Chamberlain shooting prompts policy review


Last week, a grand jury chose not to indict the officers. That controversial decision was hardly the end of the contentious case.

"The lack of criminal indictment also sends message to minorities of this city that their lives are worthless," said Kenneth Chamberlain, Jr., son of the man who was shot.

Last fall, police responded to /*Kenneth Chamberlain*/'s apartment after his medical alert had been triggered. There was no crime and no threat of violence, but the confused man refuses to let the officers in and the officers refuse to leave.

What began as a medical call turned violent with a taser gun. This was followed by a kitchen knife, a knocked-down front door, and eventually ended with officer Anthony Carelli fatally shooting Chamberlain.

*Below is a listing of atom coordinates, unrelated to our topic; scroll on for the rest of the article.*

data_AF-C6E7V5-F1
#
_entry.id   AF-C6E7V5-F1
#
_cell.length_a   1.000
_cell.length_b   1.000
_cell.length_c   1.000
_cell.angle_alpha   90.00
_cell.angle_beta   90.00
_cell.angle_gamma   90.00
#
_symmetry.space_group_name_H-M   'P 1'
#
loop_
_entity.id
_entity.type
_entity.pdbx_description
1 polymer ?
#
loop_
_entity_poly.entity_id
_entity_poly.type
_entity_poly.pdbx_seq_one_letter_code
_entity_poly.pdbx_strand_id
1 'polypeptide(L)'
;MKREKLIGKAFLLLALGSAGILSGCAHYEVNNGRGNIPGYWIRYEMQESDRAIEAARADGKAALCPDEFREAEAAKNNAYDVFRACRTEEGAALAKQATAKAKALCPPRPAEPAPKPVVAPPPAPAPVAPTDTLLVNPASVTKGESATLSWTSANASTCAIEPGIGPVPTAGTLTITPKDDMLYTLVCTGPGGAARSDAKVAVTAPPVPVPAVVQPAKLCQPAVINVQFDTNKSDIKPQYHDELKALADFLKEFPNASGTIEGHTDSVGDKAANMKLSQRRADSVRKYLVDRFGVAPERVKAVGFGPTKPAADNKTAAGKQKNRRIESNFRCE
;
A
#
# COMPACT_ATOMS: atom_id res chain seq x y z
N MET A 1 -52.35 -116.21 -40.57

"We are bringing outside experts to do a broad review of policies of this department," Mayor Thomas Roach said.

Beyond the initial outcry, there is lingering hostility because police used the N-word during the standoff. This was hardly an effective way to get a frightened, disturbed man to open his door.


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